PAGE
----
http://www.sqlservercentral.com/blogs/pturley/2010/03/11/managing-report-project-deployments-_2600_-version-control/

Printed 2014/10/24 02:45PM

Managing Report Project Deployments & Version Control

By pturley, 2010/03/11

What lessons have we learned about managing report projects and what are the best practices?

Since each report is stored in a separate XML-based RDL file, Reporting Services projects play well with version control.  Visual Studio Team System and Visual Source Safe integrate with the Visual Studio/BIDS shell and third-party source control solutions like SVN may be managed from the file system.  Reports that have subreports, drill-through reports or other dependancies should be managed in a BIDS project.  Report Builder 2.0 or 3.0 may also be used but designers should mange their reports on the server rather than in the file system.  It's best to use one tool or the other for any given report.

The deployment approach can be no different than your application development build process but it shouldn't be over complicated.  Over all, experience has proven that report projects are best kept simple because you typically don't have the same level of component interdependancies that you would in dev. projects.

In my experience, there are two different approaches that may work depending on your team structure and methodology.  You can manage the reports through all deployment phases from Visual Studio.  This puts  the developer/report designer in the position to manage reports coming out of testing and into production, which may not always be ideal in a formal IT environment.  The other approach is to have the developer/report designer deploy reports to a dev server and then for a deployment manager to capture and manage the RDL files in file system based version control, using scripts to deploy to QA, UAT & Production.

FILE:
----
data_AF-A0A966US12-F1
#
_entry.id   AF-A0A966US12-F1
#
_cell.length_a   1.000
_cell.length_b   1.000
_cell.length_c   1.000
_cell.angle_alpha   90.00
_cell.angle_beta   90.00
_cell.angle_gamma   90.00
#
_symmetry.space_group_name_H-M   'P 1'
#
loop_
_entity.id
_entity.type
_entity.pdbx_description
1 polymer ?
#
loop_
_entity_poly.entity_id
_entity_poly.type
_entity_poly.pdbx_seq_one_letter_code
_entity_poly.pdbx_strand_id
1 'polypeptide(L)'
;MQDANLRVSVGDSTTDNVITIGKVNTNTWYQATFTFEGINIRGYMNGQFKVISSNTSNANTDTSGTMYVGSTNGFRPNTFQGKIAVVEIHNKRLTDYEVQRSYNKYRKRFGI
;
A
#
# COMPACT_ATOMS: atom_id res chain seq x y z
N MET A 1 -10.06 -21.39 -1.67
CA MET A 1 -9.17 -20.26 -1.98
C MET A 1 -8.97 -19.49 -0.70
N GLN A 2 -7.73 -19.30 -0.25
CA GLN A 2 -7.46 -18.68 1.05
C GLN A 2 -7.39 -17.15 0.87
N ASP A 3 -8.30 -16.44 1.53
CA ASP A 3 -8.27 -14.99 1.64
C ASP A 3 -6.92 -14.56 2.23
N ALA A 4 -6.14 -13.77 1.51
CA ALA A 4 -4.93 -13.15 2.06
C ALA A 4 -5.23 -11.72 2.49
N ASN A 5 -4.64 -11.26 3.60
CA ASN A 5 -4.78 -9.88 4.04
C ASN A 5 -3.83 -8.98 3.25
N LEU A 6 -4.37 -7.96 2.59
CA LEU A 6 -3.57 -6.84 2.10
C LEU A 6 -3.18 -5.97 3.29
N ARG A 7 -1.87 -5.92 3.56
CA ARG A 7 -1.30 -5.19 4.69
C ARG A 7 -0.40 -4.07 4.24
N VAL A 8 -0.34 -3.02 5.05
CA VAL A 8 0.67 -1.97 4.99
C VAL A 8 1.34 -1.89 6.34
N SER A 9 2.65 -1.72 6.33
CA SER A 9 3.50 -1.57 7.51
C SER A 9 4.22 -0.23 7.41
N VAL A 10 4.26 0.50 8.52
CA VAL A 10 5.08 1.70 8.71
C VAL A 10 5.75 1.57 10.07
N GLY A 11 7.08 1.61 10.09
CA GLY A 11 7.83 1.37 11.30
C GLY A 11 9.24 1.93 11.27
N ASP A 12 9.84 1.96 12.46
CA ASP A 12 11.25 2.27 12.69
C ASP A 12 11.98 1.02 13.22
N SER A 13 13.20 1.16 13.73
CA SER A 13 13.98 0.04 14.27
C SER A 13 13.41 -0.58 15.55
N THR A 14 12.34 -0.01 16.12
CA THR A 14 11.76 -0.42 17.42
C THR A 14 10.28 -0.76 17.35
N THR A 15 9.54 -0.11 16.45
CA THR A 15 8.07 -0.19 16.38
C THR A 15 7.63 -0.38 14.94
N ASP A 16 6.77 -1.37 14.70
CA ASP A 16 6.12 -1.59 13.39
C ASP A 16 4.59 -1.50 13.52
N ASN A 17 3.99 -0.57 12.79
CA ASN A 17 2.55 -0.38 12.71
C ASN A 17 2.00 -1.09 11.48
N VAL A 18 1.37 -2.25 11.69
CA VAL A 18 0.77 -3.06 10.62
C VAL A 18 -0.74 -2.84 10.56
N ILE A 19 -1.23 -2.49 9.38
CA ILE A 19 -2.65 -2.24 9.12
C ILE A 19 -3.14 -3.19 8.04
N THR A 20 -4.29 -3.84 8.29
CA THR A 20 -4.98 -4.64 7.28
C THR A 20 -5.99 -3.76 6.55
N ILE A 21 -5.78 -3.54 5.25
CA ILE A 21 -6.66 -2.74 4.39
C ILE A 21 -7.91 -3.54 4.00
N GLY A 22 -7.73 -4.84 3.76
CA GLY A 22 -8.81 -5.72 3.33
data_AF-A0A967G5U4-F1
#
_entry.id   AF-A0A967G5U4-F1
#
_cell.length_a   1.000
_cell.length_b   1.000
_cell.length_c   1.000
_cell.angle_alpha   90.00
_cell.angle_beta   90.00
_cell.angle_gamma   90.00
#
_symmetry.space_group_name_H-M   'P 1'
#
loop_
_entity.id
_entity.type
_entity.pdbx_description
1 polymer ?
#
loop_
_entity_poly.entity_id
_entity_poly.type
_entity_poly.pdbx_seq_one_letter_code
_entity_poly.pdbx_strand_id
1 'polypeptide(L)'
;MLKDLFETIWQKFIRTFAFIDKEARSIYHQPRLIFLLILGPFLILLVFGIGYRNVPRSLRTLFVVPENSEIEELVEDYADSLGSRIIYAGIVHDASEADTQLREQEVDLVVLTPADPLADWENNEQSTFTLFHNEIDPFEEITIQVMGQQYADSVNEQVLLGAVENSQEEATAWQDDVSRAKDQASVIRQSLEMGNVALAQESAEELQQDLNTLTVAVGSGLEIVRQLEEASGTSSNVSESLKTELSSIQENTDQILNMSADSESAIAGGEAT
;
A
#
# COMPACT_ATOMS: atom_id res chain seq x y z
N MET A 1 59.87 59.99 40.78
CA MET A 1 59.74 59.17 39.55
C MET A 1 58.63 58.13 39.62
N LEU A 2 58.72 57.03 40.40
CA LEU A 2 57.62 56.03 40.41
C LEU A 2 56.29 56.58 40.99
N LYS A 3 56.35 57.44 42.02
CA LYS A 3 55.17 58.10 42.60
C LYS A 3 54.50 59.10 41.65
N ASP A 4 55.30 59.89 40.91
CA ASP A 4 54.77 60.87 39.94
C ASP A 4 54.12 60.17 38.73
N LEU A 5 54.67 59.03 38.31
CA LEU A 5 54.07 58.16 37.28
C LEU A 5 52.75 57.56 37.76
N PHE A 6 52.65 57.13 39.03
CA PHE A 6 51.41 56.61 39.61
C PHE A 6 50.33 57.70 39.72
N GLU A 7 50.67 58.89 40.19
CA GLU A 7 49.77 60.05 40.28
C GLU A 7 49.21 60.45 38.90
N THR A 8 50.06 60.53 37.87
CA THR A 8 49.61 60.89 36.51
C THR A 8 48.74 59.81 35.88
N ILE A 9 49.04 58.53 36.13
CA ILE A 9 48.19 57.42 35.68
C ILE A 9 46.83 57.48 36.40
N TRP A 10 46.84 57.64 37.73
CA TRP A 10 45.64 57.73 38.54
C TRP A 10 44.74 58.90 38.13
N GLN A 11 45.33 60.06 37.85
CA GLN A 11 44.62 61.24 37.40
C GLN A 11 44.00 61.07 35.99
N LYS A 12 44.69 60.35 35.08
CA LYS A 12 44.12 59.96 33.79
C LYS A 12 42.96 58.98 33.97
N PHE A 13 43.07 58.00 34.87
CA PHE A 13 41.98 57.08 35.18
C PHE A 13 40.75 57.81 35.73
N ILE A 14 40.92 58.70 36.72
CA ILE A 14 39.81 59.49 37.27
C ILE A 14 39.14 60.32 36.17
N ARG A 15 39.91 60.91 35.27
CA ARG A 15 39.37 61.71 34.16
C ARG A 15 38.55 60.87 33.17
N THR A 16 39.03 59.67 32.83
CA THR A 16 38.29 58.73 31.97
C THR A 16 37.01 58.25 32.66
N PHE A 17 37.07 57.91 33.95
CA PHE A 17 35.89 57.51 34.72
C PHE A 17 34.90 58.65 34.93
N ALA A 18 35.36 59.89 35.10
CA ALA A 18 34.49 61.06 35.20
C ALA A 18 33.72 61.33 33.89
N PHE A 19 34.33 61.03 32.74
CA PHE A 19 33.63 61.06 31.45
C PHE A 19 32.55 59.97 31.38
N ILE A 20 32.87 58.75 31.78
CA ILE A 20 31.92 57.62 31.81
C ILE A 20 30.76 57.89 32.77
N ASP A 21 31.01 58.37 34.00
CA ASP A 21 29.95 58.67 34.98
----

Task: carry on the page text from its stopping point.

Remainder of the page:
Keeping report definitions in projects and the server(s) synchronized can be tricky but it's managable as long as you set ground rules for the team, use version control and conduct regular status checks.  RDL files don't have build numbers so it's important to keep one official copy of the most recent RDL in a designated project or folder.   The RDL Scripter, mentioned in another blog post, can be a useful tool for cloning deployed reports to the file system.



Weblog by Paul Turley and SQL Server BI Blog.
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